The Wisconsin Badgers have struggled in Year 1 of the Luke Fickell era, currently standing at 5-5, including 3-4 in conference play, losing each of their last three games.
When Fickell entered at Wisconsin, it was expected that there’d be growing pains on both sides of the ball, given the amount of turnover, but expectations were high in Year 1, given an easier schedule facing a weaker Big Ten West.
However, through ten games, the Badgers have failed to separate themselves from the pack and face a major inflection point this weekend against Nebraska in their final home game of the season.
This isn’t new territory for Fickell; at Cincinnati, the head coach struggled in his first year with the program, going 4-8 before turning things around in Year 2 with an 11-2 record.
Both of Fickell’s head coaching stops have included a similar trajectory: a disappointing year that got the previous coach fired, followed by an up-and-down first year with Fickell as he settled in.
Which stop has been a tougher challenge for Fickell as a head coach?
While acknowledging the difference between the experiences, Fickell pointed to his current stop as a tougher experience.
“Everything is its own entity. And I would tell you that this is much more difficult and not because I think I know more because in Year 1 [at Cincinnati], I had not a great clue as to what was going on, but I think every place you go, to things are new and different,” Fickell said.
Perhaps it was the high expectations that Fickell set upon the team, but the head coach believes that the current challenge is much more difficult than the one he faced rebuilding the Cincinnati program.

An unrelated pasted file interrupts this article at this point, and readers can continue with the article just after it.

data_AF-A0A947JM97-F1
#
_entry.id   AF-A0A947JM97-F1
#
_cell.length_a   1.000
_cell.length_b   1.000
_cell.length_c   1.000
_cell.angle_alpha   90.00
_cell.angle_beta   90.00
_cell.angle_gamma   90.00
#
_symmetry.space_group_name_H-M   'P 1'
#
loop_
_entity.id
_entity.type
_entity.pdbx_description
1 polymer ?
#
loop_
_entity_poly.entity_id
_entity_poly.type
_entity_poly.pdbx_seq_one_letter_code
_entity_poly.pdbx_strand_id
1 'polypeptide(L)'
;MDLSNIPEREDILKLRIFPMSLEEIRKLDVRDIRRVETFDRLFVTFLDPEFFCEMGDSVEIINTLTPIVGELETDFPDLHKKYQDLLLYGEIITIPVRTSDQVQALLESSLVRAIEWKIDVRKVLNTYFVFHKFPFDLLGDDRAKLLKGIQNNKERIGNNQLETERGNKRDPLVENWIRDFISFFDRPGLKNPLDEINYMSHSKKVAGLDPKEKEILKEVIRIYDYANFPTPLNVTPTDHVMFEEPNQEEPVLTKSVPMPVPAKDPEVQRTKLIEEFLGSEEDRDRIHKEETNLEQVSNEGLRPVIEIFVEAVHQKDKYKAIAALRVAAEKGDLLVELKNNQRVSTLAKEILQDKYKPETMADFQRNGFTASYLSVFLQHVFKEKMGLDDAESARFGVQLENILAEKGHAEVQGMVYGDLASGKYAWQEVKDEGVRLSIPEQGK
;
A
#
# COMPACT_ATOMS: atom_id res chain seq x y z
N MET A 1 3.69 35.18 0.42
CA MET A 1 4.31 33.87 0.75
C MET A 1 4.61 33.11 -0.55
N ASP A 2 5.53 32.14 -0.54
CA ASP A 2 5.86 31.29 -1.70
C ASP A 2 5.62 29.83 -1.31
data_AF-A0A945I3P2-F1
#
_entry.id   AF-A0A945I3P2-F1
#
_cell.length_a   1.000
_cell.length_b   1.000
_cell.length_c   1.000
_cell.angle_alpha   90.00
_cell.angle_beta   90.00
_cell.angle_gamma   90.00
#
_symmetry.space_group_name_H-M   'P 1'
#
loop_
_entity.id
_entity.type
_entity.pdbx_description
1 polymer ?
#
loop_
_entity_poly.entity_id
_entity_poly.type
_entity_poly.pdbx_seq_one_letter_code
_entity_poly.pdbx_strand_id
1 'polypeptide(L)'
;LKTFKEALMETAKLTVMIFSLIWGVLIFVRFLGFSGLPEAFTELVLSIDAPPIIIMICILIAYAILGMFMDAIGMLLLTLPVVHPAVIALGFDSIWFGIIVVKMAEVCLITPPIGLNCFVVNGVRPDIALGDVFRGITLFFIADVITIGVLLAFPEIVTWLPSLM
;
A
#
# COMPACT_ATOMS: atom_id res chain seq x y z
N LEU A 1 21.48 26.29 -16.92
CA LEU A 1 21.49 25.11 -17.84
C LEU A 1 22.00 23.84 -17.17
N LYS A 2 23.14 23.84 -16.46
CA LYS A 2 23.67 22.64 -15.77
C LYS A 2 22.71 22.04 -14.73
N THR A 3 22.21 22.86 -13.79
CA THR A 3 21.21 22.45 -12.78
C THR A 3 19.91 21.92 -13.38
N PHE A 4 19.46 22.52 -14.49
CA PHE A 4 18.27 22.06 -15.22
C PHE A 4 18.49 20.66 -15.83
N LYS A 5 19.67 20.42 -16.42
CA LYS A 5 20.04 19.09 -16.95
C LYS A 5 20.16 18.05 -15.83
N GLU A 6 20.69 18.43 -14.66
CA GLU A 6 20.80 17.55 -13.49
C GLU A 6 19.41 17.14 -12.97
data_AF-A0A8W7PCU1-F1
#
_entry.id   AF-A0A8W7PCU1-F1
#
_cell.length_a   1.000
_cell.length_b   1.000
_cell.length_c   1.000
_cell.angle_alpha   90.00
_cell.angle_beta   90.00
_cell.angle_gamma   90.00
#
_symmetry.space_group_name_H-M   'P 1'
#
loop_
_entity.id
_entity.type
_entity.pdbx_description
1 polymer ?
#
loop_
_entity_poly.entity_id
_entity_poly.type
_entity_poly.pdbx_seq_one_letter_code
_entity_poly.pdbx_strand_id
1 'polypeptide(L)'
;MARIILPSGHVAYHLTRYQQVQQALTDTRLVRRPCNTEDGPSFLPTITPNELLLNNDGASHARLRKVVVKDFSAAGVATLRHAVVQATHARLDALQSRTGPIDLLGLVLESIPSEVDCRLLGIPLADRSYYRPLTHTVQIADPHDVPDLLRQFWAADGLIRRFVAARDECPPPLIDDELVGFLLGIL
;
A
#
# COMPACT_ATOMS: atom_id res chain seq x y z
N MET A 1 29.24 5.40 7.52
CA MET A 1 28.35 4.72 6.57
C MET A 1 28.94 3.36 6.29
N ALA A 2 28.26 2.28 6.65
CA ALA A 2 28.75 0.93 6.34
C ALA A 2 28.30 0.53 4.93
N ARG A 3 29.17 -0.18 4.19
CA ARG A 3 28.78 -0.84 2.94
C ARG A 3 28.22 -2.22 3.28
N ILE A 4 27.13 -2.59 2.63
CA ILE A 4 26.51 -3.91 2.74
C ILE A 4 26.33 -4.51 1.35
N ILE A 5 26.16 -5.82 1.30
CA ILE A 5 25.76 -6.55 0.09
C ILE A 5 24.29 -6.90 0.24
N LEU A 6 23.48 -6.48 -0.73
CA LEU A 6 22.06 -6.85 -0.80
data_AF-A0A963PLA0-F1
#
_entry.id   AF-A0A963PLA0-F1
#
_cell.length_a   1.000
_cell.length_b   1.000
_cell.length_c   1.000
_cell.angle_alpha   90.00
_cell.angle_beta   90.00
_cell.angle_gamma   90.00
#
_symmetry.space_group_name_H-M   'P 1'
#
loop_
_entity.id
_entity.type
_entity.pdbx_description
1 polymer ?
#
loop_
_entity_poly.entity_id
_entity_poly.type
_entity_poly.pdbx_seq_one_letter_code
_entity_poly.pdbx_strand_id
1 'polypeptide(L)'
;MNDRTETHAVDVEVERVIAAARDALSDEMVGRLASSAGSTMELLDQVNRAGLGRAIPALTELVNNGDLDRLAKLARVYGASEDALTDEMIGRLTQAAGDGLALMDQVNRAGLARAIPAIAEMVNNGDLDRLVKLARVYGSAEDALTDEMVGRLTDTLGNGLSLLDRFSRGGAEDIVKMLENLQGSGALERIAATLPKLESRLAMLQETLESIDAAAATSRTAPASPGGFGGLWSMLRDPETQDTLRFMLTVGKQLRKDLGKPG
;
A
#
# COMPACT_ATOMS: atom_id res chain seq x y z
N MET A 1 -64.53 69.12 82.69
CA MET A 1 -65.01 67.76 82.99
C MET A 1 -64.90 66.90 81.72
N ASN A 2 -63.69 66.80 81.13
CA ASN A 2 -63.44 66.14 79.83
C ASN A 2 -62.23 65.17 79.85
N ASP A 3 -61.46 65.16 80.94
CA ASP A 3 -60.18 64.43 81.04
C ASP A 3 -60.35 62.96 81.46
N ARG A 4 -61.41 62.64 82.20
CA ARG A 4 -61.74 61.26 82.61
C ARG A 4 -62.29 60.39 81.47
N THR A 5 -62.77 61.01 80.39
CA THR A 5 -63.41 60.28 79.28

“But I don’t know. Maybe it’s the expectations that we walked into, maybe it’s what I truly had envisioned, the things I thought we could be as we grew,” Fickell said. “And then obviously there are some situations that have caused us injuries and things like that to put us in a little bit of a different mode.”
“But, in general, I think it just have an expectation for myself and the things that we do that are far greater now than they were seven years ago. And so this is and continues to be and is a hell of a lot more challenging.”
It was always going to take time, but this year clearly hasn’t been what Fickell and the new coaching staff expected.
Still, the Badgers hold a top-25 recruiting class in the 2024 cycle, and could be active again in the transfer portal as they reshape their roster to compete with the bigger programs as the Big Ten changes into a new format next season.